Vitamin D is a fat-soluble vitamin that regulates bone modeling and calcium metabolism. Although we absorb moderate amounts of the vitamin from foods such as milk and fatty fish, the majority of vitamin D is produced in the body when 7-dehydrocholesterol in the skin is exposed to ultraviolet UV B radiation to produce vitamin D3 cholecalciferol. Vitamin D3 then undergoes two hydroxylation steps: first in the liver to form dihydroxyvitamin D2, the major circulating metabolite, and then primarily in the kidney to produce 1,dihydroxyvitamin D3 1,25 OH 2D3 , the biologically active form.
Active vitamin D is produced in a number of tissues, including the breast, prostate, and colon. This activated vitamin D binds to the vitamin D receptor VDR to form a nuclear receptor-ligand complex. This forms a heterodimer with the retinoid-X-receptor RXR and can regulate the expression of up to genes, including p21, p27, c-fos, and c-myc. This prevents DNA synthesis and cell growth.
In this paper, we review the recent basic science and clinical research concerning vitamin D and the four most common malignancies: lung, breast, colorectal, and prostate cancer. NSCLC has three subtypes: squamous-cell carcinoma, adenocarcinoma, and large-cell lung cancer. Despite advances in early detection and standard treatment, NSCLC is often diagnosed at an advanced stage and has a poor prognosis.
Enough vitamin D may protect against some cancers
It is highly responsive to chemotherapy and radiotherapy but almost always relapses and is almost universally fatal. There have been multiple in vitro studies that have established 1,25 OH 2D3 as an inhibitor of lung cancer growth. Researchers have also demonstrated that 1,25 OH 2D3 inhibits squamous cell carcinoma SCC cell motility, invasion, and metastasis, partially through the promotion of E-cadherin-mediated cell—cell adhesion. Zhang et al. Given the in vitro and in vivo data, researchers have completed several observational trials that have explored the relationship between 1,25 OH 2D3 and lung cancer survival.
Srinivasan et al. Freedman et al. Given the intracellular effects of 1,25 OH 2D3, researchers have explored whether 1,25 OH 2D3 may have a synergistic effect with cytotoxic and targeted treatment. Several studies demonstrate that 1, OH 2D potentiates the cytotoxic effect of taxane and platinum-based chemotherapy in SCC murine models. Ultimately, while there is strong evidence that vitamin D has antineoplastic effects in vitro and in vivo, the epidemiologic evidence for improved survival is mixed.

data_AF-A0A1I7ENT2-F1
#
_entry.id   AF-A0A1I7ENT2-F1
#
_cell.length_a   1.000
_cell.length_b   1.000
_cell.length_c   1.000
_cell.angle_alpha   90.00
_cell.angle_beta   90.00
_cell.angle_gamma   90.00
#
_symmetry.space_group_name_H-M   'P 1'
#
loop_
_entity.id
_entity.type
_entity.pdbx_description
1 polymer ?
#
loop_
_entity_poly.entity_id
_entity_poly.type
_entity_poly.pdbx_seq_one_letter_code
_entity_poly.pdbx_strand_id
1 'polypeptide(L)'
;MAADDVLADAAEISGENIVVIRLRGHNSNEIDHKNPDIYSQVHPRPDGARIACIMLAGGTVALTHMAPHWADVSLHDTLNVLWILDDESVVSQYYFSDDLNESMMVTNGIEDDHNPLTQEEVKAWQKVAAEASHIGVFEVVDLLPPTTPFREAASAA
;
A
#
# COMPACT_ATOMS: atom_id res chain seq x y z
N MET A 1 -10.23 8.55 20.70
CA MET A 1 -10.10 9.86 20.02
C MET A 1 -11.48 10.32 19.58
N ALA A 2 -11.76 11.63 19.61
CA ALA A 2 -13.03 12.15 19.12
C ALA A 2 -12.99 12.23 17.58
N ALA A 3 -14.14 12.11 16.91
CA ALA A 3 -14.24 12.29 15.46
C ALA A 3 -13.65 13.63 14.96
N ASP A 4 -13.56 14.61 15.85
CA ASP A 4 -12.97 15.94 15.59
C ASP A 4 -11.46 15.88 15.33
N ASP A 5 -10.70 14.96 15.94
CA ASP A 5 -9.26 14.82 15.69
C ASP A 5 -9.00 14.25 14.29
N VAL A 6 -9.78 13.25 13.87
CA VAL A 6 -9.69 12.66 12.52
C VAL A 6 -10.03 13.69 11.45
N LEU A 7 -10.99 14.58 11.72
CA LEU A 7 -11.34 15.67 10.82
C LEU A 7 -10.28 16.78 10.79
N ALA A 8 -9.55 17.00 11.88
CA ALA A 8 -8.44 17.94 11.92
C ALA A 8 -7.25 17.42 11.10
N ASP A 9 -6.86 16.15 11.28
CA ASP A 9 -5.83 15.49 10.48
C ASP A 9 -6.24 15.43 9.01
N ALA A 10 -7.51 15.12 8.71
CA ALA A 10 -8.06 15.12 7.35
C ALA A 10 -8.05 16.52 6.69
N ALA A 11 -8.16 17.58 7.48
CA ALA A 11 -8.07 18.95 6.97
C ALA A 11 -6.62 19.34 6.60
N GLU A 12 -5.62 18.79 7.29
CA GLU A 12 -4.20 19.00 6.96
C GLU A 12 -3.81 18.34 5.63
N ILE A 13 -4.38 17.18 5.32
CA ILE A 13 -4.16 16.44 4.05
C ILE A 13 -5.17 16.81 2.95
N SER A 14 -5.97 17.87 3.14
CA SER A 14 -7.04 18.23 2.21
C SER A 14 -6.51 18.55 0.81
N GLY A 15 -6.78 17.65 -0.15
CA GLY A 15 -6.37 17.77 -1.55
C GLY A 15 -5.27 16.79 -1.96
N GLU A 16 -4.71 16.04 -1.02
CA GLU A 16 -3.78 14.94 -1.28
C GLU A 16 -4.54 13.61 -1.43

Vitamin D could help cancer patients live longer -- ScienceDaily
Randomized clinical trials are needed to demonstrate whether vitamin D has a clinically significant benefit for lung cancer patients both for prevention and as an adjuvant treatment. Breast Cancer Aside from nonmelanoma skin cancer, breast cancer is the most common cancer among women in the US. In the most recent year for which statistics are available , , women in the US were diagnosed with breast cancer and 40, women died from the disease. There are several subtypes of breast cancer that affect both prognosis and treatment. These triple-negative cancers have a poorer prognosis compared with other types of breast cancer.
As discussed previously, multiple studies have found an in vitro effect of 1,25 OH 2D3 on breast cancer cell lines including cell-cycle arrest 31,32 and regulation of downstream signaling pathways. This suggests that 1,25 OH 2D3 may effect the bone microenvironment.
In , Garland et al. Subsequent studies have had mixed results. This relationship has also been explored in several large cohort studies. High vitamin D intake was associated with a statistically significant lower risk for premenopausal breast cancer odds ratio [OR] 0.
Higher intake of vitamin D was associated with a lower risk for breast cancer in premenopausal women OR 0. Researchers have also examined the relationship between serum 1,25 OH 2D3 levels and breast cancer risk, both in prospective cohort studies and case-control studies. The majority of case-control studies found a statistically significant lower risk for breast cancer among women with higher circulating vitamin D levels.